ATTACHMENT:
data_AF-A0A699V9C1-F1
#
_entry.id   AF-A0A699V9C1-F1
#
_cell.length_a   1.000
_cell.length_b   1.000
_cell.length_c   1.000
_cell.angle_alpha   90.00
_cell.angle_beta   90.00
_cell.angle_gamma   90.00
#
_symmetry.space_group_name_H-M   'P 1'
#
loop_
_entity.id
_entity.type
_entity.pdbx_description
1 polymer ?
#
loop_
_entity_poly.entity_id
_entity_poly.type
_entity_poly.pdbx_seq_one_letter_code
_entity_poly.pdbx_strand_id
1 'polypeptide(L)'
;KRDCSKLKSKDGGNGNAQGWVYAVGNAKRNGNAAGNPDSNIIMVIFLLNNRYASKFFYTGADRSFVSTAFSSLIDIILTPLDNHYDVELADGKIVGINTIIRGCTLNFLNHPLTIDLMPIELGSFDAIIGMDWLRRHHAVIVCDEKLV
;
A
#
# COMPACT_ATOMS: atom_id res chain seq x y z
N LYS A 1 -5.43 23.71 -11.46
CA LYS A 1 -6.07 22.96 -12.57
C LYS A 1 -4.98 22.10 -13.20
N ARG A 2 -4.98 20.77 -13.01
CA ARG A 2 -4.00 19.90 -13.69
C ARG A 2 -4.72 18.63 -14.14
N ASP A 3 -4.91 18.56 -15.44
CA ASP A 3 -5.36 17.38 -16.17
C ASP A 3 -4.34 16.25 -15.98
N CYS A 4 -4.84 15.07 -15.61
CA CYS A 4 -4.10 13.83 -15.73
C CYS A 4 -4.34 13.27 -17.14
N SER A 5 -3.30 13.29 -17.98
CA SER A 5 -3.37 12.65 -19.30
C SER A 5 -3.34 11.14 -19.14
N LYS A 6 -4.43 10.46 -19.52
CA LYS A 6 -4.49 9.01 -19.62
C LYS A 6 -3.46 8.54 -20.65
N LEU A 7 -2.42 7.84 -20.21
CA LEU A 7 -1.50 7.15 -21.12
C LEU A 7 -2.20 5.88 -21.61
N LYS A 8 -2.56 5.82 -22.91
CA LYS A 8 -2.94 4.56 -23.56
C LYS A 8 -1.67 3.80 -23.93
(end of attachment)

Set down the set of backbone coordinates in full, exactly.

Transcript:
data_AF-A0A699V9C1-F1
#
_entry.id   AF-A0A699V9C1-F1
#
_cell.length_a   1.000
_cell.length_b   1.000
_cell.length_c   1.000
_cell.angle_alpha   90.00
_cell.angle_beta   90.00
_cell.angle_gamma   90.00
#
_symmetry.space_group_name_H-M   'P 1'
#
loop_
_entity.id
_entity.type
_entity.pdbx_description
1 polymer ?
#
loop_
_entity_poly.entity_id
_entity_poly.type
_entity_poly.pdbx_seq_one_letter_code
_entity_poly.pdbx_strand_id
1 'polypeptide(L)'
;KRDCSKLKSKDGGNGNAQGWVYAVGNAKRNGNAAGNPDSNIIMVIFLLNNRYASKFFYTGADRSFVSTAFSSLIDIILTPLDNHYDVELADGKIVGINTIIRGCTLNFLNHPLTIDLMPIELGSFDAIIGMDWLRRHHAVIVCDEKLV
;
A
#
# COMPACT_ATOMS: atom_id res chain seq x y z
N LYS A 1 -5.43 23.71 -11.46
CA LYS A 1 -6.07 22.96 -12.57
C LYS A 1 -4.98 22.10 -13.20
N ARG A 2 -4.98 20.77 -13.01
CA ARG A 2 -4.00 19.90 -13.69
C ARG A 2 -4.72 18.63 -14.14
N ASP A 3 -4.91 18.56 -15.44
CA ASP A 3 -5.36 17.38 -16.17
C ASP A 3 -4.34 16.25 -15.98
N CYS A 4 -4.84 15.07 -15.61
CA CYS A 4 -4.10 13.83 -15.73
C CYS A 4 -4.34 13.27 -17.14
N SER A 5 -3.30 13.29 -17.98
CA SER A 5 -3.37 12.65 -19.30
C SER A 5 -3.34 11.14 -19.14
N LYS A 6 -4.43 10.46 -19.52
CA LYS A 6 -4.49 9.01 -19.62
C LYS A 6 -3.46 8.54 -20.65
N LEU A 7 -2.42 7.84 -20.21
CA LEU A 7 -1.50 7.15 -21.12
C LEU A 7 -2.20 5.88 -21.61
N LYS A 8 -2.56 5.82 -22.91
CA LYS A 8 -2.94 4.56 -23.56
C LYS A 8 -1.67 3.80 -23.93